Opiate Withdrawal – Its Nature, Causes, Symptoms, and Treatment

Opiates are a class of drugs that are commonly prescribed to patients to treat pain. However, these drugs are highly addictive and it is very common to see people who get hooked on its use because their bodies have become dependent on it due to prolonged use and misuse of the medication.

Opiate withdrawal refers to the symptoms that an addict would experience if they stop or reduce the dosage of opiate drugs that their bodies take in after prolonged and heavy use of the drug. Our body’s system and processes are directly altered when heavy doses of opiates enter it for a prolonged period. And as one attempts to detox from opiates, withdrawal symptoms surface as an indication that the body is trying to get its natural balance back after substance abuse.

What causes opiate withdrawal?

As mentioned, opiates are highly addictive. Aside from this, prolonged use makes the body physically dependent and would require a dose for it to function normally. Over time, the body also becomes tolerant to the opiate and will require a larger dose for it to achieve the same level of euphoria.

In the absence of the opiate, the body will need time to recover and function normally and its recovery results to withdrawal symptoms. As soon as the dosage of opiates is reduced or removed, the body goes through opiate withdrawal.

What are the symptoms of opiate withdrawal?

The symptoms of withdrawal vary from person to person but the timeline for the progression of symptoms is typically the same. The length of time that the drugs remain in your system depends on the type of opiate that you are addicted to. Withdrawal symptoms would usually start to surface within 12-24 hours from when the last dose was taken. Early symptoms of withdrawal will include:

  • Muscle aches
  • Excessive sweating
  • Runny nose
  • Increased eye lacrimation
  • Insomnia
  • Restlessness
  • Anxiety and agitation

After the first 24 hours until after 1 to 2 weeks, you will still feel withdrawal symptoms to appear which should start to subside after 72 hours, and they will include:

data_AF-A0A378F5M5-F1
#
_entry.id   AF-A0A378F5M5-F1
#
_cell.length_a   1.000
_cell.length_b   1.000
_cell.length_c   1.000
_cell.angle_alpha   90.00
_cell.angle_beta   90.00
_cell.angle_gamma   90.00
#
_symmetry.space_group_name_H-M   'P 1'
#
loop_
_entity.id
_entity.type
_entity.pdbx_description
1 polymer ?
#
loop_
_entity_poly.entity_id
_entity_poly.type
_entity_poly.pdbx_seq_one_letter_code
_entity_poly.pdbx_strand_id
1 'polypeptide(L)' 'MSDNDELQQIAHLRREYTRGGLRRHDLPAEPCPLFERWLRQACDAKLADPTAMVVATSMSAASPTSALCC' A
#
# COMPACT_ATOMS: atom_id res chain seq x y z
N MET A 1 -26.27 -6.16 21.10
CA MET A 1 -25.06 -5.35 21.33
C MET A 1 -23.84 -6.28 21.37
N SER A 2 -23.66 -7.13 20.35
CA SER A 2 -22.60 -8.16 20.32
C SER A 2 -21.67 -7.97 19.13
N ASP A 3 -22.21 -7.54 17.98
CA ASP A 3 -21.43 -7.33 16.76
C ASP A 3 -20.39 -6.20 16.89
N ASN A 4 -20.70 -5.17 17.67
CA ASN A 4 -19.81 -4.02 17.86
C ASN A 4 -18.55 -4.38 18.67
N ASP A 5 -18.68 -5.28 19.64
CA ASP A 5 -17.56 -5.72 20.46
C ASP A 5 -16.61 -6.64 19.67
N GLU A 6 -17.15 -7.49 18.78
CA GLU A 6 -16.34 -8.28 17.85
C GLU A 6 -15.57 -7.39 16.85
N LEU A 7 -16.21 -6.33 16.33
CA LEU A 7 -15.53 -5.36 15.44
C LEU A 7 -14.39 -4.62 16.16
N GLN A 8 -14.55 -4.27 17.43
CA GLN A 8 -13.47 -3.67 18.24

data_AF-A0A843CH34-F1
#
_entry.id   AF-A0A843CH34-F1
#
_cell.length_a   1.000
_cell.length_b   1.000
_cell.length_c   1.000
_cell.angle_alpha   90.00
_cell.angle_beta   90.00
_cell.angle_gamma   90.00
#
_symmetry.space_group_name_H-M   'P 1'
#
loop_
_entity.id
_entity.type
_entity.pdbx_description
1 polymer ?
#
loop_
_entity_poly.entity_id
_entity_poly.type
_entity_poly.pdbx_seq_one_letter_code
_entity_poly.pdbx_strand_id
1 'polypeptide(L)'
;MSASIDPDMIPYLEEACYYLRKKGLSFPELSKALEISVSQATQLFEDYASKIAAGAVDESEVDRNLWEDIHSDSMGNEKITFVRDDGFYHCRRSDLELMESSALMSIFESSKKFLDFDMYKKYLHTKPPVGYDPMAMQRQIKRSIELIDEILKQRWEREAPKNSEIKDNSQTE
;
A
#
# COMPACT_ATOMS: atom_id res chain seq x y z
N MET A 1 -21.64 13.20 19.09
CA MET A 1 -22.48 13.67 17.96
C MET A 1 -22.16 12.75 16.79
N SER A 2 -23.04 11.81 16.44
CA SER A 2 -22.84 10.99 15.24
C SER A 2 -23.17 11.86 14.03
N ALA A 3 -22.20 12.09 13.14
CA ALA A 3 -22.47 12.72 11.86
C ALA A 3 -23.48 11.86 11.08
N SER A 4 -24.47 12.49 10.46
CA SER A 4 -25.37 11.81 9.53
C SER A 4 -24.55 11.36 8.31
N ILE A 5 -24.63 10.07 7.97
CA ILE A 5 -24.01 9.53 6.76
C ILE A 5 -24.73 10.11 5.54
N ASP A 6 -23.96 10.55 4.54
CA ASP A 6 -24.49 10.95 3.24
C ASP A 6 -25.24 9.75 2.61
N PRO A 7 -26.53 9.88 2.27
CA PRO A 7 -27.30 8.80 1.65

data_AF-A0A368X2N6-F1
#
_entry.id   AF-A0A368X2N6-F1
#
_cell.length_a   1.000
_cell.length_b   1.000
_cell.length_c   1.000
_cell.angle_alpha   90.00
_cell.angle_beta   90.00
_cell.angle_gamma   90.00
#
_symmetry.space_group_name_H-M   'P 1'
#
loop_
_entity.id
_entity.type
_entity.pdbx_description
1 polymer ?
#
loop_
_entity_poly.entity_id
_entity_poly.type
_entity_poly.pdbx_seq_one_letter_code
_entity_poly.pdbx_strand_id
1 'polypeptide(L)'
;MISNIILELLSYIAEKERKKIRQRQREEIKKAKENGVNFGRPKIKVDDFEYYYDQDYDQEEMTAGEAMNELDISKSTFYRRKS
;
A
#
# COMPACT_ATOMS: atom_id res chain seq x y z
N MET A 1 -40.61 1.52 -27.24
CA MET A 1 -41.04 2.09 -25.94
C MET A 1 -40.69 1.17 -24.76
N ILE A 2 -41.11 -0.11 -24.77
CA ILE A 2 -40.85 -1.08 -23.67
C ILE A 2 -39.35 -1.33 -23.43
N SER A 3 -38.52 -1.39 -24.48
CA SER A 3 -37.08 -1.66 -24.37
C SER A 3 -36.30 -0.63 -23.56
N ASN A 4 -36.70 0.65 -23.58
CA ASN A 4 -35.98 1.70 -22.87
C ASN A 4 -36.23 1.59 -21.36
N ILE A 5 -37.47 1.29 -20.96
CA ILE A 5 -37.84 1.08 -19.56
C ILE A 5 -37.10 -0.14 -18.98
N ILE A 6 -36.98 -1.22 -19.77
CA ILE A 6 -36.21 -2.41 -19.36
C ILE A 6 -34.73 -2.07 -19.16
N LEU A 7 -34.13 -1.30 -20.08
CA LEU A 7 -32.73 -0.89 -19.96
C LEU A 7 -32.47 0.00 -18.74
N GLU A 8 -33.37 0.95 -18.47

• Abdominal cramps
  • Diarrhea
  • Nausea
  • Vomiting
  • Goosebumps
  • Dilated pupils
  • Increased heart rate
  • High blood pressure

Is there treatment available for opiate withdrawal?

Your focus, as you go through withdrawal, is to make yourself as comfortable as possible as your body goes through detox.

There are medical facilities available that provide round the clock medical supervision and care for those going through opiate withdrawal and it is highly recommended to long term opiate users to opt for this treatment program and not manage the symptoms themselves.

If you are experiencing mild withdrawal symptoms, taking acetaminophen, ibuprofen, and loperamide can help minimize the discomfort of your symptoms. Also make sure that you get plenty of rest and take in a lot of fluids to replenish what your body has lost and to help flush out the toxins in your body.

You will find a number of full-spectrum supplements in the market that are designed to provide relief for withdrawal symptoms. The one that I have found to be most effective in providing relief for opiate withdrawal is Elimidrol. Elimidrol is sold exclusively online through the company’s website. The range of ingredients, doses, delivery method, and guarantee that Elimidrol provides all make it stand out from its competitors.

Those who are suffering from more intense withdrawal symptoms may want to consider taking medications that are prescribed specially for those going through opiate withdrawal. Drugs such as Clonidine, Suboxone, and Methadone are designed to manage withdrawal symptoms and reduce the appearance of its symptoms.

Is Methadone Really a Solution?

Methadone maintenance therapy has been administered in the United States for more than 50 years now as treatment for opiate addiction. Although this is the case there is a lot of controversy on its effectiveness and many are discouraging recovering addicts from using methadone to help alleviate their withdrawal symptoms because of the accompanied risks.

Methadone is classified as a Schedule II Narcotic. This means that methadone can only be obtained from methadone clinics and hospitals. If you are undergoing methadone therapy, you will be required to show up in either of these places every day in order to get your daily dose of treatment.

Recovering addicts are becoming dependent on its use because they are unaware that like opiates, methadone can be very addictive. Many of those who fail to follow the program end up substituting methadone for their previous addiction. Methadone is more addictive than other opiates like heroin and its effect on the body is even more dangerous when misused.

However, studies have shown that when methadone treatment is followed to the letter it is actually effective in helping a drug addict to recovery. Long term use of methadone and following the scheduled doses that is coupled with psychological and behavioral treatments have had huge success in helping addicts start a drug-free life.

Many, who have tried other methods of treatments and failed, swear to the effectiveness of the methadone therapy. Methadone therapy has also decreased the incidence of HIV and Hepatitis among drug addicts.

The focus of both medical practitioners and government agencies concerned should be in the close monitoring of the administration of methadone for those who are under the maintenance program as well as providing behavioral treatments for these recovering addicts, otherwise, these efforts will all be in vain.